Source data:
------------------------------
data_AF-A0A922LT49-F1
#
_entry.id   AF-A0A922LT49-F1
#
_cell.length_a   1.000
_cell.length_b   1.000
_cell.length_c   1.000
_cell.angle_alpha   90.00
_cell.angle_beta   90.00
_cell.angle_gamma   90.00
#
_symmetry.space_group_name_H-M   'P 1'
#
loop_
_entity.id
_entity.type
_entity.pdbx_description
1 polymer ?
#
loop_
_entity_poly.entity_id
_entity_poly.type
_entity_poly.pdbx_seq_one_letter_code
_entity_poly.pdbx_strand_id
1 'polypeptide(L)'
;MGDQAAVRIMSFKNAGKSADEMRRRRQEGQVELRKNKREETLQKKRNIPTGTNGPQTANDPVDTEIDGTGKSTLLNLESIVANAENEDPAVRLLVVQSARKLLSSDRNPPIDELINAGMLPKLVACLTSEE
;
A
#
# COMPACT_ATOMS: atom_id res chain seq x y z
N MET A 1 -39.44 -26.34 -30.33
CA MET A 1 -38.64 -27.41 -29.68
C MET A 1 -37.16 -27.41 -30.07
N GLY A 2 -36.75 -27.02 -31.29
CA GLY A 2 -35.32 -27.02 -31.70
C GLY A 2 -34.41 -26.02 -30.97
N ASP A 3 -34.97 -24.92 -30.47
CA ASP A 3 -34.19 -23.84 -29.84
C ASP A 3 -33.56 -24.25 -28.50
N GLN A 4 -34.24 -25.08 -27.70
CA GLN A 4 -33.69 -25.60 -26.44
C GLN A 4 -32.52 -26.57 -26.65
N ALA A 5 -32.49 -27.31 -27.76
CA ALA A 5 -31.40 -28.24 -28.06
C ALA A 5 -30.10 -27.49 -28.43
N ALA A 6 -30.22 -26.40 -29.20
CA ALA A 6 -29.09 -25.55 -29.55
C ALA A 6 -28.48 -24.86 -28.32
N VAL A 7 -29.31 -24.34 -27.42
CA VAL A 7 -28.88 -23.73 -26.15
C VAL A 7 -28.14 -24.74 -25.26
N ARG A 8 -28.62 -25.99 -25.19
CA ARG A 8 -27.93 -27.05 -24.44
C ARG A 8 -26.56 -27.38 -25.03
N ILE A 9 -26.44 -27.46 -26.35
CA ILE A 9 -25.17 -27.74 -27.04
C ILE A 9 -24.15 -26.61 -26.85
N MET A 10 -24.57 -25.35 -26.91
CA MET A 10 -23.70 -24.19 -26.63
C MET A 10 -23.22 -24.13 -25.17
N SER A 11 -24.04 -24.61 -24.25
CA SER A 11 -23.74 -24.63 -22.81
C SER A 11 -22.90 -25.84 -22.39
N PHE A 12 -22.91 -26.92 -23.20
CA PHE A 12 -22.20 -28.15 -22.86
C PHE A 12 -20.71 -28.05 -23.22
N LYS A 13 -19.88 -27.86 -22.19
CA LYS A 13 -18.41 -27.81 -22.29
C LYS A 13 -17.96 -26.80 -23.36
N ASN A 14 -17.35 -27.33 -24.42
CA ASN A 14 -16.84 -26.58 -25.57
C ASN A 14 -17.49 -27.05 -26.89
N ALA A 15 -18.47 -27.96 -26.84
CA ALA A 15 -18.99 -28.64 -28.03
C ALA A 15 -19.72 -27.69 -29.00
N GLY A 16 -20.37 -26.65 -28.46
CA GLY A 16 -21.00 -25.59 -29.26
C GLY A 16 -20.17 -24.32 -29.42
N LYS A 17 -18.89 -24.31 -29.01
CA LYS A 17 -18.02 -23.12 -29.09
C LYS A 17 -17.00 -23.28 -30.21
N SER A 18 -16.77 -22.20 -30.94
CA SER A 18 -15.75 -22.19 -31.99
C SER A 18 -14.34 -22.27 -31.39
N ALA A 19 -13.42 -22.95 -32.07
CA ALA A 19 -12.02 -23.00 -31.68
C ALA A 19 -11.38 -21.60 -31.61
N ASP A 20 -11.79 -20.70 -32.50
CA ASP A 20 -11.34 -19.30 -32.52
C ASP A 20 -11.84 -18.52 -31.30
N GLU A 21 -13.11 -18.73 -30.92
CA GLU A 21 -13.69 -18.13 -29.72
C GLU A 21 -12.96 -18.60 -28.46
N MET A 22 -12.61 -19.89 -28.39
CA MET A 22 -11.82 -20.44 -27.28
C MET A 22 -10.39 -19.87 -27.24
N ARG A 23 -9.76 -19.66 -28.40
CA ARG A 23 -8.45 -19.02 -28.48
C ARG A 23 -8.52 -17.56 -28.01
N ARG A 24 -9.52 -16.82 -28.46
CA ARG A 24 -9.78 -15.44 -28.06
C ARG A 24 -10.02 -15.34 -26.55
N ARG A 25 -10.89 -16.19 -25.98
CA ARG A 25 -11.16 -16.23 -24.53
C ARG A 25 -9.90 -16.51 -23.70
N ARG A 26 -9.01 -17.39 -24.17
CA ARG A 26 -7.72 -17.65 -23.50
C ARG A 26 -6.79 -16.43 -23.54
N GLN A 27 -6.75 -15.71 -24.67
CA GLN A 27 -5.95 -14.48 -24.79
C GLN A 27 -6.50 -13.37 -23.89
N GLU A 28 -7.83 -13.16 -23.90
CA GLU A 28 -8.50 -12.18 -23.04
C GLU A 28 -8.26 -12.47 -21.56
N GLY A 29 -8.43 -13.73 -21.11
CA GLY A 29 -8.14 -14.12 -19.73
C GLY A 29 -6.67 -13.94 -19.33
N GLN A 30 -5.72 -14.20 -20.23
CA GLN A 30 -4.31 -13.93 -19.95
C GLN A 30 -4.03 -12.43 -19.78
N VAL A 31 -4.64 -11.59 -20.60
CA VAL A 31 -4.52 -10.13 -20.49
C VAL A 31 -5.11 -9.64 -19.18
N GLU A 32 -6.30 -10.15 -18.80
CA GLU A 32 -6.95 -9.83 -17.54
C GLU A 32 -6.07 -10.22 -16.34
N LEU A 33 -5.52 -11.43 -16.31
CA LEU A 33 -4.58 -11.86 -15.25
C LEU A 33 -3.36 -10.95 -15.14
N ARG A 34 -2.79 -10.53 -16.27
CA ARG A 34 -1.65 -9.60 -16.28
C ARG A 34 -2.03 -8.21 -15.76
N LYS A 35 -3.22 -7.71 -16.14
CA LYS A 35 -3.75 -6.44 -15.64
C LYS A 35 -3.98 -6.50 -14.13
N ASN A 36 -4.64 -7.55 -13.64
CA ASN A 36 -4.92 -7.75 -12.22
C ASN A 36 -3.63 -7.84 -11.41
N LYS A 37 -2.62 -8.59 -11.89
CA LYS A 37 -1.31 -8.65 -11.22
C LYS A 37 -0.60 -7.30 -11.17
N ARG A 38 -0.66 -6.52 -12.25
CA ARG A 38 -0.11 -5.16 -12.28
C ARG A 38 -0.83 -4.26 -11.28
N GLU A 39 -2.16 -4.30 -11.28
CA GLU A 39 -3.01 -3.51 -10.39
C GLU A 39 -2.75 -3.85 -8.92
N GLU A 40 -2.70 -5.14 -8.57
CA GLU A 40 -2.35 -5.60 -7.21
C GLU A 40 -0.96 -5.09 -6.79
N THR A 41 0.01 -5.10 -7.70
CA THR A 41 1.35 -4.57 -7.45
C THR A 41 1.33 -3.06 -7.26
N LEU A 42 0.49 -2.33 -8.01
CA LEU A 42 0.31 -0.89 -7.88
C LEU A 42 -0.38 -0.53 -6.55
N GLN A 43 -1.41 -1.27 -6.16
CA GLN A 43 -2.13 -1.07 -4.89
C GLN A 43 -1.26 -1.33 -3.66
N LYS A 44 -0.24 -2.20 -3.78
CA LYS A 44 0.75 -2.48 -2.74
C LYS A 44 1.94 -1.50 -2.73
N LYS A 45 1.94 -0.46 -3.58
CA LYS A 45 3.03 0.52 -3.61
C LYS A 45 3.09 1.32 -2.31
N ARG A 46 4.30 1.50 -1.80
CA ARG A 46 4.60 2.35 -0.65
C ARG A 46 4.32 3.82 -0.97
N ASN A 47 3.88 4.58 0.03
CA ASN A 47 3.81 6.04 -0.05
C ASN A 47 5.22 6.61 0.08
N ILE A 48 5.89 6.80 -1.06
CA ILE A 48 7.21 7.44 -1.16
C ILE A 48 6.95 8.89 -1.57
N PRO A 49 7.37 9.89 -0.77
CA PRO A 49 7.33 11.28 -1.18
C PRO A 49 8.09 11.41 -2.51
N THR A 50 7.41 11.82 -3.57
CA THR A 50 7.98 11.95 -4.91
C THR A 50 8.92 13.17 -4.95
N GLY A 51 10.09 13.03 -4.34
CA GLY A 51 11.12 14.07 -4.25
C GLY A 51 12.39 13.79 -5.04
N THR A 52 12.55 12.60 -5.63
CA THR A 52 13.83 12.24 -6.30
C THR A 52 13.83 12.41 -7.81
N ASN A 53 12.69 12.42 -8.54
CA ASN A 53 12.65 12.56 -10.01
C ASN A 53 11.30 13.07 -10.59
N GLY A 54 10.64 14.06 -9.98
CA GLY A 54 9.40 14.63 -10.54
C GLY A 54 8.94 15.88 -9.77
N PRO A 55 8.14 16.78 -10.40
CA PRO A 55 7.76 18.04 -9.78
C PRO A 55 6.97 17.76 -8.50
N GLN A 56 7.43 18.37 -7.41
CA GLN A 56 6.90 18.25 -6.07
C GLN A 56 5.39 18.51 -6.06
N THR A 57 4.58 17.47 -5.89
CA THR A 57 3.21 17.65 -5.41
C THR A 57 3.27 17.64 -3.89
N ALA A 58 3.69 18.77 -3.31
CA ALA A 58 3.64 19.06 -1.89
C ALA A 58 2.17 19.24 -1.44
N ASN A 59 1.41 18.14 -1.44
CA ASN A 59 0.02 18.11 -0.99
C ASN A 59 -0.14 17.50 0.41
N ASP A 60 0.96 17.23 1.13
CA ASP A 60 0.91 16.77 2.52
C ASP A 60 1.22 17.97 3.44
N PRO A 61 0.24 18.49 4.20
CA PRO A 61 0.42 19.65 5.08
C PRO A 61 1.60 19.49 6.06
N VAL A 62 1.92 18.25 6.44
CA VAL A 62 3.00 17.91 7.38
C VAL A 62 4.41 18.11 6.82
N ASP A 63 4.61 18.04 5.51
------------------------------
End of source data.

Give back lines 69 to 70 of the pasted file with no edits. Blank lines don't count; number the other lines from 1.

C LYS A 13 -17.96 -26.80 -23.36
N ASN A 14 -17.35 -27.33 -24.42